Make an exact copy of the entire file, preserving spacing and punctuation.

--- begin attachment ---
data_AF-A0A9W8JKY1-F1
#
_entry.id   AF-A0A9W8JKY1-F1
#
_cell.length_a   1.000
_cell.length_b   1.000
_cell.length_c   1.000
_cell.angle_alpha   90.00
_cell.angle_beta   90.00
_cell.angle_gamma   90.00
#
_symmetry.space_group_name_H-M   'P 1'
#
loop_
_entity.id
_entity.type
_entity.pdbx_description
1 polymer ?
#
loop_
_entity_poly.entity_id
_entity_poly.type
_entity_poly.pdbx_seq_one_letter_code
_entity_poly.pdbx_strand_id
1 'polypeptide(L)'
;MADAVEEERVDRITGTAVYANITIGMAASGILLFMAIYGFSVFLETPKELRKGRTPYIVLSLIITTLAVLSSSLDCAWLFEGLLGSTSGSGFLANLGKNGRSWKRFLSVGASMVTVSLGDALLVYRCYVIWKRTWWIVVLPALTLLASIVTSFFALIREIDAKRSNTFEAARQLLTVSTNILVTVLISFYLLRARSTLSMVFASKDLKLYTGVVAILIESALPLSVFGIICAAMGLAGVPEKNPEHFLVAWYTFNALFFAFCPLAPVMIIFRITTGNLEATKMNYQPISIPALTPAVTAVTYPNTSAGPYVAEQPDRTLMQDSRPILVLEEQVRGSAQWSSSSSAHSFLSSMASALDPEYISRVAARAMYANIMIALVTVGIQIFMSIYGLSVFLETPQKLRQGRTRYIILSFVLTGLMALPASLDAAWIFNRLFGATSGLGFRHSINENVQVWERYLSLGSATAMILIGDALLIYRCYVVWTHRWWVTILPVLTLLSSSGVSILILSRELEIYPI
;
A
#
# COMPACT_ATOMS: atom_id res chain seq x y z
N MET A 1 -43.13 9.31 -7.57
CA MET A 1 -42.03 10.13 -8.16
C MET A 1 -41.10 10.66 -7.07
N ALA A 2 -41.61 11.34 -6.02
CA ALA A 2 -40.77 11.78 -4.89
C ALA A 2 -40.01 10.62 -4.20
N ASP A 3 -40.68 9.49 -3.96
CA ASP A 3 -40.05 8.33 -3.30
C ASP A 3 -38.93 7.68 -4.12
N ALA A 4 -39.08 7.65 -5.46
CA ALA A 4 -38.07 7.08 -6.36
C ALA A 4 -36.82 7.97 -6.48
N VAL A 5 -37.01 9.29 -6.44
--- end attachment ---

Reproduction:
data_AF-A0A9W8JKY1-F1
#
_entry.id   AF-A0A9W8JKY1-F1
#
_cell.length_a   1.000
_cell.length_b   1.000
_cell.length_c   1.000
_cell.angle_alpha   90.00
_cell.angle_beta   90.00
_cell.angle_gamma   90.00
#
_symmetry.space_group_name_H-M   'P 1'
#
loop_
_entity.id
_entity.type
_entity.pdbx_description
1 polymer ?
#
loop_
_entity_poly.entity_id
_entity_poly.type
_entity_poly.pdbx_seq_one_letter_code
_entity_poly.pdbx_strand_id
1 'polypeptide(L)'
;MADAVEEERVDRITGTAVYANITIGMAASGILLFMAIYGFSVFLETPKELRKGRTPYIVLSLIITTLAVLSSSLDCAWLFEGLLGSTSGSGFLANLGKNGRSWKRFLSVGASMVTVSLGDALLVYRCYVIWKRTWWIVVLPALTLLASIVTSFFALIREIDAKRSNTFEAARQLLTVSTNILVTVLISFYLLRARSTLSMVFASKDLKLYTGVVAILIESALPLSVFGIICAAMGLAGVPEKNPEHFLVAWYTFNALFFAFCPLAPVMIIFRITTGNLEATKMNYQPISIPALTPAVTAVTYPNTSAGPYVAEQPDRTLMQDSRPILVLEEQVRGSAQWSSSSSAHSFLSSMASALDPEYISRVAARAMYANIMIALVTVGIQIFMSIYGLSVFLETPQKLRQGRTRYIILSFVLTGLMALPASLDAAWIFNRLFGATSGLGFRHSINENVQVWERYLSLGSATAMILIGDALLIYRCYVVWTHRWWVTILPVLTLLSSSGVSILILSRELEIYPI
;
A
#
# COMPACT_ATOMS: atom_id res chain seq x y z
N MET A 1 -43.13 9.31 -7.57
CA MET A 1 -42.03 10.13 -8.16
C MET A 1 -41.10 10.66 -7.07
N ALA A 2 -41.61 11.34 -6.02
CA ALA A 2 -40.77 11.78 -4.89
C ALA A 2 -40.01 10.62 -4.20
N ASP A 3 -40.68 9.49 -3.96
CA ASP A 3 -40.05 8.33 -3.30
C ASP A 3 -38.93 7.68 -4.12
N ALA A 4 -39.08 7.65 -5.46
CA ALA A 4 -38.07 7.08 -6.36
C ALA A 4 -36.82 7.97 -6.48
N VAL A 5 -37.01 9.29 -6.44